It didn't go so well this time for the pirates; the victims returned fire. From the November 18, 2009 New York Times:
Yes, it is rather amazing how turning a low-risk activity (piracy) into a high-risk activity seems to help, doesn't it? Into the 19th century, American merchant ships were generally armed--and not just with small arms--to deal with the problem of piracy. But the prevailing sentiment elsewhere seems to be to pay ransom instead.
In a separate episode, the captain of a hijacked chemical tanker was reported to have died of gunshot wounds inflicted when pirates seized the MV Theresa with 28 North Korean crew members northwest of the Seychelles on Monday. The spate of attacks reflected the increasing boldness of pirates roaming far from their bases in Somalia to seize vessels and sailors to hold for ransom.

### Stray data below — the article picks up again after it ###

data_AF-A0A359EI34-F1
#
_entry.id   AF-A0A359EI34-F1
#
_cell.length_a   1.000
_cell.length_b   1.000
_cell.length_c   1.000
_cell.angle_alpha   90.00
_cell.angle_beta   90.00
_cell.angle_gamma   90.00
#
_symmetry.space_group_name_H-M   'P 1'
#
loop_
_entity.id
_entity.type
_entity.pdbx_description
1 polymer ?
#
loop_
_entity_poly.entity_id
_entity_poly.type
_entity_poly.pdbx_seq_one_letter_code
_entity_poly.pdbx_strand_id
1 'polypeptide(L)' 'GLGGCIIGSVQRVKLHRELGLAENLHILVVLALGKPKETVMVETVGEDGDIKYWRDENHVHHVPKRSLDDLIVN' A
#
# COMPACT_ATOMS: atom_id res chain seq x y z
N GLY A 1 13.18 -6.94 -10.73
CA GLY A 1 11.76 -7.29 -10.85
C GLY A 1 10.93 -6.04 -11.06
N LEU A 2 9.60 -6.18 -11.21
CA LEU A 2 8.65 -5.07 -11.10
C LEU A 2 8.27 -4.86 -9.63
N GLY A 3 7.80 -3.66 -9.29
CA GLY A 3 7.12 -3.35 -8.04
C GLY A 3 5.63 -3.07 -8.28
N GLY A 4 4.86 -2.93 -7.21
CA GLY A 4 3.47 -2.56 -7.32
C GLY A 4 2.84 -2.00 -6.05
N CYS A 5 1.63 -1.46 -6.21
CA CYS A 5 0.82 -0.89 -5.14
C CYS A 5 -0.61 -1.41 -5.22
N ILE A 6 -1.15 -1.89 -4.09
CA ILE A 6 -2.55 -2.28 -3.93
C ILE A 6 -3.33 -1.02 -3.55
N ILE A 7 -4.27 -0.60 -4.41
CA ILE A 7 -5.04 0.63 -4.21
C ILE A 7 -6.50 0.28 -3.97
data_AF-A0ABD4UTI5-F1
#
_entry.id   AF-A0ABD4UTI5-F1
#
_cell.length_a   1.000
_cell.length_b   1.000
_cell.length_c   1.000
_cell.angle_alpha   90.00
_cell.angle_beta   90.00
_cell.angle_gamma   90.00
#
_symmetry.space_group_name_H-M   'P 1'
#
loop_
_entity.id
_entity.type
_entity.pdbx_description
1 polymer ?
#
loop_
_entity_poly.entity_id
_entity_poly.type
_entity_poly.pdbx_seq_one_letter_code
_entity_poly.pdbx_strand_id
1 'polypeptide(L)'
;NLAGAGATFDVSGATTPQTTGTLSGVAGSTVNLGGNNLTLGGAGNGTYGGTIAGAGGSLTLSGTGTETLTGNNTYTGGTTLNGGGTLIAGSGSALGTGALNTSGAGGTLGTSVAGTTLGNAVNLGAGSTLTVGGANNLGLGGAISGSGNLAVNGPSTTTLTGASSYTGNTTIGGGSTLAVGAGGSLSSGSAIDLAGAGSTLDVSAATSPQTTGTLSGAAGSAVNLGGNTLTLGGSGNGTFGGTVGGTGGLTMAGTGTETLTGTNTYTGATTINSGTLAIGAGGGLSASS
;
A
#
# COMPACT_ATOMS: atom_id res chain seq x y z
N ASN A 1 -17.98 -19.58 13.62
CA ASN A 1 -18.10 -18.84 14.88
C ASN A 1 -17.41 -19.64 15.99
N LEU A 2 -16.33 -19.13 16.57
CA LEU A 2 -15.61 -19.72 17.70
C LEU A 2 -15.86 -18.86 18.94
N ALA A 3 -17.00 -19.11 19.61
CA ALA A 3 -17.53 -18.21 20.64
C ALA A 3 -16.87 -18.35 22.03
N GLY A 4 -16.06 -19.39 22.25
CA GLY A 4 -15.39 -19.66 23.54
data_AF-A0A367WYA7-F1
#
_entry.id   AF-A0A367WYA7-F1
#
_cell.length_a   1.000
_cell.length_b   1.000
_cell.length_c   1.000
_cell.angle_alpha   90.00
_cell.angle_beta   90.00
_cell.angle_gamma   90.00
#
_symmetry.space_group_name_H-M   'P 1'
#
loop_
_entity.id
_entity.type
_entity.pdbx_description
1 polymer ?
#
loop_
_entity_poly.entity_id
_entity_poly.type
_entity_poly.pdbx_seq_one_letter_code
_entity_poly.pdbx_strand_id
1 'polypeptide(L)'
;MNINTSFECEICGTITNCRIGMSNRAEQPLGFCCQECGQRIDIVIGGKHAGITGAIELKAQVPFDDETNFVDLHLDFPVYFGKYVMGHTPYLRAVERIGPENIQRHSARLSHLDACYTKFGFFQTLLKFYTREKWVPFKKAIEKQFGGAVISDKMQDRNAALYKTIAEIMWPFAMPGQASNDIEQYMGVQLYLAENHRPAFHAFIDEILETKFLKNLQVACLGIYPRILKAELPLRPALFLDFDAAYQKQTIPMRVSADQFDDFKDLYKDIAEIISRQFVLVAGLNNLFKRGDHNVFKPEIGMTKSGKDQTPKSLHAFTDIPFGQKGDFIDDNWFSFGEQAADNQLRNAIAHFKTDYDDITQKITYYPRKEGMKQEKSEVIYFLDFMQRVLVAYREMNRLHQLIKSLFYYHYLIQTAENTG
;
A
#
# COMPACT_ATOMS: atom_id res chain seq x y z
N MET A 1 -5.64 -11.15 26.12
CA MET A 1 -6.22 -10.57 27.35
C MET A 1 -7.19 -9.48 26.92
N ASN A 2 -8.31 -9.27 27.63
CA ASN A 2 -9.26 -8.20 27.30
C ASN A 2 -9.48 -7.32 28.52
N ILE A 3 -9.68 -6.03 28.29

The United States Navy Central Command said four suspected pirates in a skiff came within 300 yards of the Maersk Alabama at 6.30 a.m. Wednesday about 600 miles off the northeast coast of Somalia as it headed for the Kenyan port of Mombasa.
But a security team on board the Maersk Alabama responded with small-arms fire, long-range acoustical devices painful to the human ear and evasive maneuvers to thwart the attack, the Navy said in a statement.
“Due to Maersk Alabama following maritime industry’s best practices such as embarking security teams, the ship was able to prevent being successfully attacked by pirates,” said Vice Adm. Bill Gortney, the commander of the Central Command. “This is a great example of how merchant mariners can take pro-active action to prevent being attacked.”